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Bait and switch? Contradictory Iran election coverage still has an uncertain ending

Bait and switch? Contradictory Iran election coverage still has an uncertain ending

Which faction came out on top in the recent Iranian elections? Was it the "reformists"?  The "moderates"? Or was it the hardline clerics who run the Islamic republic and get to decide who is allowed to stand for election?

I ask because it remains difficult, some two weeks after the late February balloting, to tell from a face-value reading of the various media reports just who emerged victorious in the voting for both the nation's unicameral parliament and its clerical consultative body. The latter officially (if not necessarily in reality) has a hand in selecting Iran's all-important supreme leader.

This election muddle underscores how essential it is for journalists to weigh voting results firmly in the context of the nation involved. Confusion is bound to follow when imprecise political labels -- such as reformists or moderates -- are borrowed from Western discourse to simplify complicated foreign political intrigues for American media followers.

The muddle also serves to underscore the dangers inherent in jumping to sweeping conclusions based on initial returns.

Moreover, I can't help but wonder whether there's an element of wishful thinking is also at play here. After all, I think most Americans, and the media they follow as well, would love to see Iran become more open to the West and tone down its anti-Western rhetoric and actions now that its nuclear agreement has been signed.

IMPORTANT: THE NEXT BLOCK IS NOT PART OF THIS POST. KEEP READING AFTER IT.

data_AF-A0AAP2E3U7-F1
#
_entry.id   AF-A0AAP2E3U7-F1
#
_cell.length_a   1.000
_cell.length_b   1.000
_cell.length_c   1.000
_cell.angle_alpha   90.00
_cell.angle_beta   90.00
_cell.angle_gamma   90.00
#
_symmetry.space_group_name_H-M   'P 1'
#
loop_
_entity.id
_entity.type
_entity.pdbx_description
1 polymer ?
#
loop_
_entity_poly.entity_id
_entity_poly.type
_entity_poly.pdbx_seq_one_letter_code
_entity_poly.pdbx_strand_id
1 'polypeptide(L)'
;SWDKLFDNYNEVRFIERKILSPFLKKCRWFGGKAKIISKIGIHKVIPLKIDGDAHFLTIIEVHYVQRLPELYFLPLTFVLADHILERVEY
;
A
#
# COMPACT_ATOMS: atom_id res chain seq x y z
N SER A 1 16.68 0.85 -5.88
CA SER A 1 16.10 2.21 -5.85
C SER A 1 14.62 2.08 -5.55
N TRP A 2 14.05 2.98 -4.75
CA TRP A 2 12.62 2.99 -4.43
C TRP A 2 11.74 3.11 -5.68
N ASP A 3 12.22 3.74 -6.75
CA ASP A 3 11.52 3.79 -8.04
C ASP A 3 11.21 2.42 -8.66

Some examples of what I mean:

Example A is this early election results story from the BBC, which includes this far too premature declaration: "This stunning election result will make a difference in Iran's engagement with the wider world."

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Whew! Trump has someone to blame for saying 'Two Corinthians' (WHO might surprise you)

Whew! Trump has someone to blame for saying 'Two Corinthians' (WHO might surprise you)

It appears the Donald has someone to blame! (Anybody surprised?)

On Tuesday, we highlighted the Republican presidential frontrunner's non-snafu snafu concerning the Second Epistle of the Apostle Paul to the Corinthians.

Now comes news via CNN that Donald Trump blames his gaffe (which he apparently acknowledges that it was) on Tony Perkins:

Washington (CNN) Donald Trump says it's Tony Perkins' fault he said "two Corinthians" instead of "Second Corinthians" during a speech at Liberty University this week -- a mistake that raised questions about his biblical knowledge as he courts evangelical voters.
The Republican presidential front-runner said in an interview with CNN's Don Lemon Wednesday that Perkins, the president of the Family Research Council, had given him notes on what to say when he visited the evangelical university in Lynchburg, Virginia.
"Tony Perkins wrote that out for me -- he actually wrote out 2, he wrote out the number 2 Corinthians," Trump said. "I took exactly what Tony said, and I said, 'Well Tony has to know better than anybody.' "
Trump's pronunciation of the Bible verse drew laughter from the Christian audience -- but he downplayed it, saying his Scottish mother would have said "two Corinthians," as well.

Um, did I miss something (and there's every chance I did)? Why is Perkins giving notes to Trump?

But concerning how Perkins wrote it out, would Trump have said he was glad to be in "Lynchburg, V-A-period" if Perkins had written "Lynchburg, Va.?" Or would he have understood the nomenclature? That's the point, right?